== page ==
Microphthalmia with linear skin defects (MLS) syndrome is an X-linked male-lethal disorder also known as MIDAS (microphthalmia, dermal aplasia, and sclerocornea). Additional clinical features include neurological and cardiac abnormalities. MLS syndrome is genetically heterogeneous given that heterozygous mutations in HCCS or COX7B have been identified in MLS-affected females. Both genes encode proteins involved in the structure and function of complexes III and IV, which form the terminal segment of the mitochondrial respiratory chain (MRC). However, not all individuals with MLS syndrome carry a mutation in either HCCS or COX7B. The majority of MLS-affected females have severe skewing of X chromosome inactivation, suggesting that mutations in HCCS, COX7B, and other as-yet-unidentified X-linked gene(s) cause selective loss of cells in which the mutated X chromosome is active. By applying whole-exome sequencing and filtering for X-chromosomal variants, we identified a de novo nonsense mutation in NDUFB11 (Xp11.23) in one female individual and a heterozygous 1-bp deletion in a second individual, her asymptomatic mother, and an affected aborted fetus of the subject's mother. NDUFB11 encodes one of 30 poorly characterized supernumerary subunits of NADH:ubiquinone oxidoreductase, known as complex I (cI), the first and largest enzyme of the MRC. By shRNA-mediated NDUFB11 knockdown in HeLa cells, we demonstrate that NDUFB11 is essential for cI assembly and activity as well as cell growth and survival. These results demonstrate that X-linked genetic defects leading to the complete inactivation of complex I, III, or IV underlie MLS syndrome. Our data reveal an unexpected role of cI dysfunction in a developmental phenotype, further underscoring the existence of a group of mitochondrial diseases associated with neurocutaneous manifestations. © 2015 The American Society of Human Genetics.

Eggert D.,Heinrich Group | Eggert D.,University of Hamburg | Naumann M.,University of Hamburg | Reimer R.,Heinrich Group | Voigt C.A.,University of Hamburg
Scientific Reports | Year: 2014

Successful defence of plants against colonisation by fungal pathogens depends on the ability to prevent initial penetration of the plant cell wall. Here we report that the pathogen-induced (1,3)-β-glucan cell wall polymer callose, which is deposited at sites of attempted penetration, directly interacts with the most prominent cell wall polymer, the (1,4)-β-glucan cellulose, to form a three-dimensional network at sites of attempted fungal penetration. Localisation microscopy, a super-resolution microscopy technique based on the precise localisation of single fluorescent molecules, facilitated discrimination between single polymer fibrils in this network. Overexpression of the pathogen-induced callose synthase PMR4 in the model plant Arabidopsis thaliana not only enlarged focal callose deposition and polymer network formation but also resulted in the exposition of a callose layer on the surface of the pre-existing cellulosic cell wall facing the invading pathogen. The importance of this previously unknown polymeric defence network is to prevent cell wall hydrolysis and penetration by the fungus. We anticipate our study to promote nanoscale analysis of plant-microbe interactions with a special focus on polymer rearrangements in and at the cell wall. Moreover, the general applicability of localisation microscopy in visualising polymers beyond plant research will help elucidate their biological function in complex networks.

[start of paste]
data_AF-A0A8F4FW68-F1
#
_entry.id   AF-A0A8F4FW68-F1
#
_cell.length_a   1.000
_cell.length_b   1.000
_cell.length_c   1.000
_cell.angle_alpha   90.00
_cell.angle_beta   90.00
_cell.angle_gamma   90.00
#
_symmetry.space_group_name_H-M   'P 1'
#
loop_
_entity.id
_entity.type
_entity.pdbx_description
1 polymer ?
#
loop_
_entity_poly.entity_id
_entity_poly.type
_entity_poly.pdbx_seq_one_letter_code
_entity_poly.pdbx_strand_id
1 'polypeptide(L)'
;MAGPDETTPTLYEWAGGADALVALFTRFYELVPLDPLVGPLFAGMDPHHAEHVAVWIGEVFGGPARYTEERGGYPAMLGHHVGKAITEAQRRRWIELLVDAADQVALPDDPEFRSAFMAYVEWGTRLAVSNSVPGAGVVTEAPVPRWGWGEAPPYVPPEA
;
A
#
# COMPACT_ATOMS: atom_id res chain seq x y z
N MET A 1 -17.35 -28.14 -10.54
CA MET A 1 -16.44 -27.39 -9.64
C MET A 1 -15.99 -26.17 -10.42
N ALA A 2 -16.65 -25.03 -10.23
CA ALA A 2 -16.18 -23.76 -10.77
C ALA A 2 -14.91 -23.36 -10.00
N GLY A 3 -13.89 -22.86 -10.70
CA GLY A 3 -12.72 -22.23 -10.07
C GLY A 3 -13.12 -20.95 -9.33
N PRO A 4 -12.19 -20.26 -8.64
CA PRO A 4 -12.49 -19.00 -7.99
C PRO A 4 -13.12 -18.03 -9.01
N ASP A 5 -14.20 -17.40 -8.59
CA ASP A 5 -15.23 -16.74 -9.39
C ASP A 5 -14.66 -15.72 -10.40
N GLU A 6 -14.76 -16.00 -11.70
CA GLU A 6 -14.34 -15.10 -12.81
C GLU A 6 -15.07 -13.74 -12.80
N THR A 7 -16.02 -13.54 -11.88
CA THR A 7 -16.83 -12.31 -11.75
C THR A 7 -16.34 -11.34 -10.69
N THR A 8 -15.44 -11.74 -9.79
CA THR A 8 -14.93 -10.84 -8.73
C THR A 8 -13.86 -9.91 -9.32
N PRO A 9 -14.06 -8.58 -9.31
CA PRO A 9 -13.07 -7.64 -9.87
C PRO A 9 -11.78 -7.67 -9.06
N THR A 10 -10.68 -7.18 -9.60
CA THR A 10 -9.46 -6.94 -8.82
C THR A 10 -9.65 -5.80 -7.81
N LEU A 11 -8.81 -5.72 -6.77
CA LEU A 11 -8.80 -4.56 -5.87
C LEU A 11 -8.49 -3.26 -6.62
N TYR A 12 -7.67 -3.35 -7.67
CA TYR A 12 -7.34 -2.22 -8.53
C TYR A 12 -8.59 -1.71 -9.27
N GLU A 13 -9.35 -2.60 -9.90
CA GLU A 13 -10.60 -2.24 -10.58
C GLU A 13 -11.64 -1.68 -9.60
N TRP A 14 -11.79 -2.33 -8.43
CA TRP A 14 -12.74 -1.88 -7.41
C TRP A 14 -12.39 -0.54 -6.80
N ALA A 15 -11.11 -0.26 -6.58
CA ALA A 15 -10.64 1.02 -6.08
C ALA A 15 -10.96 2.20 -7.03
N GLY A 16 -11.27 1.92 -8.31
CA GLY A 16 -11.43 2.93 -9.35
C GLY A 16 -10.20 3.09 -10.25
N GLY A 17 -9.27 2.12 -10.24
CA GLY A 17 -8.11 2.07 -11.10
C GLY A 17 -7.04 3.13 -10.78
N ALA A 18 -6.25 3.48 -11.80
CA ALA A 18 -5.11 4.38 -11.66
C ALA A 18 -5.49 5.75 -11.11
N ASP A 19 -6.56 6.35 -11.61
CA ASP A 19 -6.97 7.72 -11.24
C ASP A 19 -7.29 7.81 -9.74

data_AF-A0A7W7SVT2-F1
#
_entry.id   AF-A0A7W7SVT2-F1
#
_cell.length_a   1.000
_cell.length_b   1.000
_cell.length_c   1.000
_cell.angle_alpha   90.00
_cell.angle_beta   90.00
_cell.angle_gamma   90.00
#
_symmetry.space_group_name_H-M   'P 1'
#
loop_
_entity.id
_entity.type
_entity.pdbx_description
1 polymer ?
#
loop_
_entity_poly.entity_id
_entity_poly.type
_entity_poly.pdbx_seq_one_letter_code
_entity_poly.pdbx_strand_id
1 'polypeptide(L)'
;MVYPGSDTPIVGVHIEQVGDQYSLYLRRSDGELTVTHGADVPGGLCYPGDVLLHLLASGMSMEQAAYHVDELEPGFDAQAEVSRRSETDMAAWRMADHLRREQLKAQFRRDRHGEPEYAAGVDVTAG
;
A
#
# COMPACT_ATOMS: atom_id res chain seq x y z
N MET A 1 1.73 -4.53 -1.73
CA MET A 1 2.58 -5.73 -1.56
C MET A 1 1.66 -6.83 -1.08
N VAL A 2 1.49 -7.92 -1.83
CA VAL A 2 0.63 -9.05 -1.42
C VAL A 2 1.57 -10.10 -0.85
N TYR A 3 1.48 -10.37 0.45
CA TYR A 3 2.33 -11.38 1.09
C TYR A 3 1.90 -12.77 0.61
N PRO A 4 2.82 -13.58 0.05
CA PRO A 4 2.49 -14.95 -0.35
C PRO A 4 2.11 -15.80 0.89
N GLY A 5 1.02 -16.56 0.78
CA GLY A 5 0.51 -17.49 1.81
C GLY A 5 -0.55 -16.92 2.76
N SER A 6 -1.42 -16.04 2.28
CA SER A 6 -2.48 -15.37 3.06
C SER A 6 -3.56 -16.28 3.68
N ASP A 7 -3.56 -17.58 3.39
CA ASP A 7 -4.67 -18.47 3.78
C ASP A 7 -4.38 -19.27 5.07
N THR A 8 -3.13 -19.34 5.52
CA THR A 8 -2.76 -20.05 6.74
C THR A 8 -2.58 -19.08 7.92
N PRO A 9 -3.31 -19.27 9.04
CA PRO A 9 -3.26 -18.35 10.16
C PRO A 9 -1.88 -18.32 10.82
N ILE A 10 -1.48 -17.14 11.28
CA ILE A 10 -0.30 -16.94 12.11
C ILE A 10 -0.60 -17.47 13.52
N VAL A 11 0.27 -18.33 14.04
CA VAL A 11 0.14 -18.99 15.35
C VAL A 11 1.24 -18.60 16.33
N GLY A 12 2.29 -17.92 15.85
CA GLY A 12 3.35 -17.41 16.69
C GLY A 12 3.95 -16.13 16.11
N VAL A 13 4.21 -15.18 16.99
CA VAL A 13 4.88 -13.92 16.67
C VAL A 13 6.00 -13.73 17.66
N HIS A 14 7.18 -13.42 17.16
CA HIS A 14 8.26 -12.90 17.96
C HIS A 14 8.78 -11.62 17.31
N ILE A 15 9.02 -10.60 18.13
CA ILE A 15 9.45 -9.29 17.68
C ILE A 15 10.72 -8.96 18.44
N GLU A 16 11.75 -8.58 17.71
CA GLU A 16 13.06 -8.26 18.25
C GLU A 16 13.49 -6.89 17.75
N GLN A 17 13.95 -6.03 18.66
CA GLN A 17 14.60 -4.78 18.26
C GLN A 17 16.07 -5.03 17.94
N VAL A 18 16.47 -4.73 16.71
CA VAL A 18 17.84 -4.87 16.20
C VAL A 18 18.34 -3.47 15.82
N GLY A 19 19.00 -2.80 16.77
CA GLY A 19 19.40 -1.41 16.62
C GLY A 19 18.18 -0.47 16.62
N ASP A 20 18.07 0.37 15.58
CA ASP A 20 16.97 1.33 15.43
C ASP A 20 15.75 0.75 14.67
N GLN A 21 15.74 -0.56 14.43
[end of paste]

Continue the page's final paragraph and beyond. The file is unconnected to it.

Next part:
Gunther T.,Heinrich Group | Schreiner S.,Heinrich Pette Institute | Dobner T.,Heinrich Pette Institute | Tessmer U.,Heinrich Group | Grundhoff A.,Heinrich Group
PLoS Pathogens | Year: 2014

We have previously demonstrated that acquisition of intricate patterns of activating (H3K4me3, H3K9/K14ac) and repressive (H3K27me3) histone modifications is a hallmark of KSHV latency establishment. The precise molecular mechanisms that shape the latent histone modification landscape, however, remain unknown. Promyelocytic leukemia nuclear bodies (PML-NB), also called nuclear domain 10 (ND10), have emerged as mediators of innate immune responses that can limit viral gene expression via chromatin based mechanisms. Consequently, although ND10 functions thus far have been almost exclusively investigated in models of productive herpesvirus infection, it has been proposed that they also may contribute to the establishment of viral latency. Here, we report the first systematic study of the role of ND10 during KSHV latency establishment, and link alterations in the subcellular distribution of ND10 components to a temporal analysis of histone modification acquisition and host cell gene expression during the early infection phase. Our study demonstrates that KSHV infection results in a transient interferon response that leads to induction of the ND10 components PML and Sp100, but that repression by ND10 bodies is unlikely to contribute to KSHV latency establishment. Instead, we uncover an unexpected role for soluble Sp100 protein, which is efficiently and permanently relocalized from nucleoplasmic and chromatin-associated fractions into the insoluble matrix. We show that LANA expression is sufficient to induce Sp100 relocalization, likely via mediating SUMOylation of Sp100. Furthermore, we demonstrate that depletion of soluble Sp100 occurs precisely when repressive H3K27me3 marks first accumulate on viral genomes, and that knock-down of Sp100 (but not PML or Daxx) facilitates H3K27me3 acquisition. Collectively, our data support a model in which non-ND10 resident Sp100 acts as a negative regulator of polycomb repressive complex-2 (PRC2) recruitment, and suggest that KSHV may actively escape ND10 silencing mechanisms to promote establishment of latent chromatin. © 2014 Günther et al.